In the same way, we who live post-Freud and Marx and Keynes (to name just three seminal writers whose work profoundly influences modern thinking, no matter whether you agree or disagree with them) simply cannot turn off the messages and assumptions of the 19th, 20th, and 21st centuries. If Franklin, Jefferson, and Madison were writing today, I am confident that they would use a whole different vocabulary to express their ideas. I appreciate the careful work that scholars are doing, but we have to remember that everything is interpretation filtered through modern-day understanding.

by MLouise on Sat Feb 16, 2013 at 07:16:49 PM EST
Parent
Having the understanding and "ears" of the hearers of the time is one of those nuances.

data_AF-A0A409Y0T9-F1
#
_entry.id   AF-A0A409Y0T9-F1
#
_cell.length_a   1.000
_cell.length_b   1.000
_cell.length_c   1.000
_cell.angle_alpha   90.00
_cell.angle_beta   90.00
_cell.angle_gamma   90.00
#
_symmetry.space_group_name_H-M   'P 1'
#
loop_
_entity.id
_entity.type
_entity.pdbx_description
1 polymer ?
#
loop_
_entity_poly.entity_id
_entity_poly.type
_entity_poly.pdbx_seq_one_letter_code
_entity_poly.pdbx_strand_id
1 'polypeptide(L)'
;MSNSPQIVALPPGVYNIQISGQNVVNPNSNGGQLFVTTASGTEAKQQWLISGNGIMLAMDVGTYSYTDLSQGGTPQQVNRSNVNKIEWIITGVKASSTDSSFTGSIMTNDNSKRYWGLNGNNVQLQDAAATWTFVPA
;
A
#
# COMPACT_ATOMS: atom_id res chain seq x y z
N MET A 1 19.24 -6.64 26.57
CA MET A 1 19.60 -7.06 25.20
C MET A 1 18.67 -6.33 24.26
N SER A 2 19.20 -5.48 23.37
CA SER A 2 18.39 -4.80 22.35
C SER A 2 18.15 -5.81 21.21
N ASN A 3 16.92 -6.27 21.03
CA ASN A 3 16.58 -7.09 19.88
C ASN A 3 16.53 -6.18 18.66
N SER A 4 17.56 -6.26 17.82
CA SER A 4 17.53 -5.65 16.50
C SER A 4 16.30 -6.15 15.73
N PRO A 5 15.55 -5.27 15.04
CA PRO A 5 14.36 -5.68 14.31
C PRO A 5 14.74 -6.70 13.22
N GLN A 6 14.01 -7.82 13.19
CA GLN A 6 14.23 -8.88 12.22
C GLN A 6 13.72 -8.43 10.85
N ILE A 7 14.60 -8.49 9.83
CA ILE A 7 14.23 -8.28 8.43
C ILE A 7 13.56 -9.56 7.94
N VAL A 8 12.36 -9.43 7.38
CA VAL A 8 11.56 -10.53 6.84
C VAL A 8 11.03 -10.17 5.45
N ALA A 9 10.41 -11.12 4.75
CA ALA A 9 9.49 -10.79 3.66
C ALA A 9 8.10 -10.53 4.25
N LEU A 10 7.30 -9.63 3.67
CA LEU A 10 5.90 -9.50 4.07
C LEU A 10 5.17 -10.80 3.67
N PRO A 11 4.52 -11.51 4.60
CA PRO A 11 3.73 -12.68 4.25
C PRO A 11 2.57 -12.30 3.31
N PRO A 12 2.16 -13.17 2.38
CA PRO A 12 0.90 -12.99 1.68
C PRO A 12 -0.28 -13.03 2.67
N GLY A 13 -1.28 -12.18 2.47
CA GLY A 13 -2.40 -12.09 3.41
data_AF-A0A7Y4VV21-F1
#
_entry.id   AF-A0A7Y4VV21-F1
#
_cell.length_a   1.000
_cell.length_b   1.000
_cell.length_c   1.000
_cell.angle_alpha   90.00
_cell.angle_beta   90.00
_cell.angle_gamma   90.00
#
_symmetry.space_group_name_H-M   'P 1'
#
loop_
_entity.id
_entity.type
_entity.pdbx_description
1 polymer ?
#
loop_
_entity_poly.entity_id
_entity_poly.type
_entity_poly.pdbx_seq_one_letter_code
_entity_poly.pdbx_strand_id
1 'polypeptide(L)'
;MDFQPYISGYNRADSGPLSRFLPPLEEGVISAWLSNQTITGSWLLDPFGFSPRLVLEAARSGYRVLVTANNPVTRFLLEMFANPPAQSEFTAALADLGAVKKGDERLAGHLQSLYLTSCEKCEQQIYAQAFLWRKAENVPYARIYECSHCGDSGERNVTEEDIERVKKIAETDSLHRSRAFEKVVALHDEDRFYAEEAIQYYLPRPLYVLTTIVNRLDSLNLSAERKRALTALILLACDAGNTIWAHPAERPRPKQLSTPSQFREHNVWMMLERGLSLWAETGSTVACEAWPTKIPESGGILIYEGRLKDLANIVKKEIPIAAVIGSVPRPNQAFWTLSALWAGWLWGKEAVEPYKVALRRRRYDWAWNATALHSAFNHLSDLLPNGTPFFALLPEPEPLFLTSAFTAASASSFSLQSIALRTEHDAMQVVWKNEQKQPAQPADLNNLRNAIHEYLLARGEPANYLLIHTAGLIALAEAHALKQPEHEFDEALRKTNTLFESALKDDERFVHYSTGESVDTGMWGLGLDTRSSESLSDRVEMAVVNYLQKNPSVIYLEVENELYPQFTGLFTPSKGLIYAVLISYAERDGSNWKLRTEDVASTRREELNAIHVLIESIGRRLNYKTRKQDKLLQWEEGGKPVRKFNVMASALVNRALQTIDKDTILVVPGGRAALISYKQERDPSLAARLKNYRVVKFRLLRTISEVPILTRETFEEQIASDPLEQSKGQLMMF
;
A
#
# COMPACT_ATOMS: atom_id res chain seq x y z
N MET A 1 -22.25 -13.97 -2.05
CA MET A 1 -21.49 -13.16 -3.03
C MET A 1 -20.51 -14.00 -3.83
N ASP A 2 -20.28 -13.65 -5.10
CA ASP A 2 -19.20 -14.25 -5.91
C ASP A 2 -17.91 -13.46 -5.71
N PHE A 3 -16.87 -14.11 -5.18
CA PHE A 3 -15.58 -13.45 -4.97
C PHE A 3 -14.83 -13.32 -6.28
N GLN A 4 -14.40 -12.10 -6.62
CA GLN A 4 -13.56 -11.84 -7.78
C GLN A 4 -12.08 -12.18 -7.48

We will never be able to really grasp that, but at the same time I do believe we can have some understanding of history - just not the whole picture.

Most people of this age also don't grasp what life was really like during that period... except maybe in some sort of glorified "movie" sense (from watching movies and TV) - which is usually more wrong than right anyway.  That understanding is another point where we (the people today) can never get the whole picture... but I'd quickly argue that we can get part of it (through hard work and careful scholarship).  Scholars have to have some level of that understanding - and when we're talking about people like Lahaye, they don't even try (because it's not "scriptural" - doesn't fit with the myopic and error-filled idea of Christianity and the Bible anyway).

Since we don't "know it all" and can't, we should also be careful...


by ArchaeoBob on Sun Feb 17, 2013 at 12:56:01 PM EST
Parent






WWW Talk To Action


Trump Meets Man Who Inspired 2011 Terror Attack Deadlier Than Orlando Shooting
"It appears that the shooter was inspired by various extremist information that was disseminated over the internet" -- President Barack Obama, June 13, 2016,......